3.  When you make New Year’s resolutions, always stretch, but never push.stretch

When you choose your New Year’s resolutions, make sure that you stretch but you don’t push.  A New Year’s resolution that’s a “stretch” means it’s a resolution that will be challenging for you and will help you grow, but is still attainable.  A New Year’s resolution that’s a “push” is so ambitious that it’s not realistic for you to keep up with.

As Geshe Kelsang Gyatso says in his masterful book Joyful Path of Good Fortune on page 236,

We have to be skilful and practice within our capabilities… If we try to force ourself to overcome all our bad habits at once we shall become anxious and then depressed… we should always practice in moderation, allowing our mind to remain joyful and relaxed.  Then our meditation will work, our mind will become clearer, and our memory will improve.

So how do you know what “moderation” is for you?  Sorry, but you’ll have to figure that one out for yourself.  Without judging yourself or being hard on yourself, ask yourself honestly, “Where am I really at, and what is the ‘next step’ that I need to take in my personal or spiritual growth?”

For example, maybe you want to start meditating but you’ve never meditated before in your life.  A “stretch” for you might be meditating for ten minutes per day, five days per week.  A “push” for you might be trying to meditate for a half an hour, seven days per week.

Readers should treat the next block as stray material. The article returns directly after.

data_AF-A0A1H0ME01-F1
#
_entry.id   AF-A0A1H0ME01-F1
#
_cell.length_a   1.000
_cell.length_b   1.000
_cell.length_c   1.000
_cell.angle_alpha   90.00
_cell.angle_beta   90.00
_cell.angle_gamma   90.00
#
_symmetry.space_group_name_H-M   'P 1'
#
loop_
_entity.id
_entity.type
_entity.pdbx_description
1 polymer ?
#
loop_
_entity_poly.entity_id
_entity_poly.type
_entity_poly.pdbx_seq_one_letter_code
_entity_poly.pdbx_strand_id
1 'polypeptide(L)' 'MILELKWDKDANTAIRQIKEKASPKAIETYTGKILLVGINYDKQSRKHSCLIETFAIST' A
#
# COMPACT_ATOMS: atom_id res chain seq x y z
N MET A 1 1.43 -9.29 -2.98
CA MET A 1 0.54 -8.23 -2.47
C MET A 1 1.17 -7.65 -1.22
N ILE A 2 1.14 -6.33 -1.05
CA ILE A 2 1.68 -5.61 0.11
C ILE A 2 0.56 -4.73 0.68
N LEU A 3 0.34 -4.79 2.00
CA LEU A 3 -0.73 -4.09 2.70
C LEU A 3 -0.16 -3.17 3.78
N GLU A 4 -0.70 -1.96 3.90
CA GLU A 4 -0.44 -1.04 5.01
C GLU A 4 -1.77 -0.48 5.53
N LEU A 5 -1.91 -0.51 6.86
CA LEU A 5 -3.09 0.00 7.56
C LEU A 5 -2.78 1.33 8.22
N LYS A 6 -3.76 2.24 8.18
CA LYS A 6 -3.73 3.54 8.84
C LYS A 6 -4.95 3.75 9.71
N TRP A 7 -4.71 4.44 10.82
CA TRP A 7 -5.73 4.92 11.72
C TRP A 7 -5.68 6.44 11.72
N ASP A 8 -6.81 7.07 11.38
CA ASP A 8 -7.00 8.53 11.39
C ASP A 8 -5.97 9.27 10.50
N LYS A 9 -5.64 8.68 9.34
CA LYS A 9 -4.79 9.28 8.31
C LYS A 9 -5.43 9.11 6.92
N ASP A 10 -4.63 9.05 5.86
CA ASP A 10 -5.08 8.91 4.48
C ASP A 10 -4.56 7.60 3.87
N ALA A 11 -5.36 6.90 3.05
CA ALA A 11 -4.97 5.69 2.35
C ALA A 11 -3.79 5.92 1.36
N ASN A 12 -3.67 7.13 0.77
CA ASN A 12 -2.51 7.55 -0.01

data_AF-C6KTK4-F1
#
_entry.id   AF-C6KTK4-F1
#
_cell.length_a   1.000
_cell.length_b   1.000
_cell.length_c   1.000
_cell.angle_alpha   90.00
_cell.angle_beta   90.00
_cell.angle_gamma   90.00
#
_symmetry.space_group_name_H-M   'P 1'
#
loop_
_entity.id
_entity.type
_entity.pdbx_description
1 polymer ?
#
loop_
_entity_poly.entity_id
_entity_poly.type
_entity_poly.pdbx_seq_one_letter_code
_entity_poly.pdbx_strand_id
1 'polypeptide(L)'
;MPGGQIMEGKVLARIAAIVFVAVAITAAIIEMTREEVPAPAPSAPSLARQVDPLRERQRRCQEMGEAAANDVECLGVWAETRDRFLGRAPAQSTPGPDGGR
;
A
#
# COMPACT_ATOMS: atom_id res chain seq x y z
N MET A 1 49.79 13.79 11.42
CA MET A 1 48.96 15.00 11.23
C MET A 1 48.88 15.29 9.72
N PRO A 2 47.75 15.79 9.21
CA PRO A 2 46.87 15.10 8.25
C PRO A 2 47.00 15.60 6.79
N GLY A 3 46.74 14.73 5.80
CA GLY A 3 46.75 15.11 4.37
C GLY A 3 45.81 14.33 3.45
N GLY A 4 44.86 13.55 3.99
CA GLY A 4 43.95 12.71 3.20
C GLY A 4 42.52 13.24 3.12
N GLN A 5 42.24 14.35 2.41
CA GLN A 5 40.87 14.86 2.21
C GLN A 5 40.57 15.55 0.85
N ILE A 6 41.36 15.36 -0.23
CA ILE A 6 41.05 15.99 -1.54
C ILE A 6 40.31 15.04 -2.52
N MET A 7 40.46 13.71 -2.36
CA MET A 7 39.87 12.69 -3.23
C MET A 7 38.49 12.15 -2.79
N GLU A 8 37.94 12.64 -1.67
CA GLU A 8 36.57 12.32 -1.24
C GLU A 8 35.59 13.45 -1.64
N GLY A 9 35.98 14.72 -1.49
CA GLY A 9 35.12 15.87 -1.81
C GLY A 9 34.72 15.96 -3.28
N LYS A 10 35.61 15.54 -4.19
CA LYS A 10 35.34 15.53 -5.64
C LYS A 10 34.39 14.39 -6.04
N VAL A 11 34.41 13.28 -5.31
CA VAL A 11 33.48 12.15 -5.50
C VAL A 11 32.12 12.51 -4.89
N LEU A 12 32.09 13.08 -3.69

Choose the resolution that matches where you’re actually at.

What tips do you have?

Has your own practice of Buddhism and meditation given you the tools you need for keeping your New Year’s resolutions?  (Or even your middle-of-the-year resolutions?)  Tell us about your own Buddhist-inspired tips in the comments section below.

3 replies
  1. Kelsang Tabkay
    Kelsang Tabkay says:

    For me contemplating the faults of not practicing and the benefits of practicing has sustained my meditation over the years. I just think about how much more happy and relaxed I am with meditation and how quickly my mind gets out of control when I stop practicing!

    Reply
  2. Julia M
    Julia M says:

    All great points. For me, the advice for “allowing our mind to remain joyful and relaxed” about and during meditation is key. I have noticed that I have a tendency to push and judge. Not only does this weaken my intention to maintain a regular practice, but it limits the benefits even when I do meditate consistently. I’ve noticed from my experience that the more joyful and relaxed I am in my approach to meditation, the better (and quicker) the results (not that I’m grasping at results :), and the more likely I am to maintain a regular practice.

    Reply
    • GandenCenter
      GandenCenter says:

      Thanks for your insight Julia! I think you’re right, the importance of staying relaxed and happy in our meditation cannot be overstated. Pushing and judging ourself does not get the results we want.

      Reply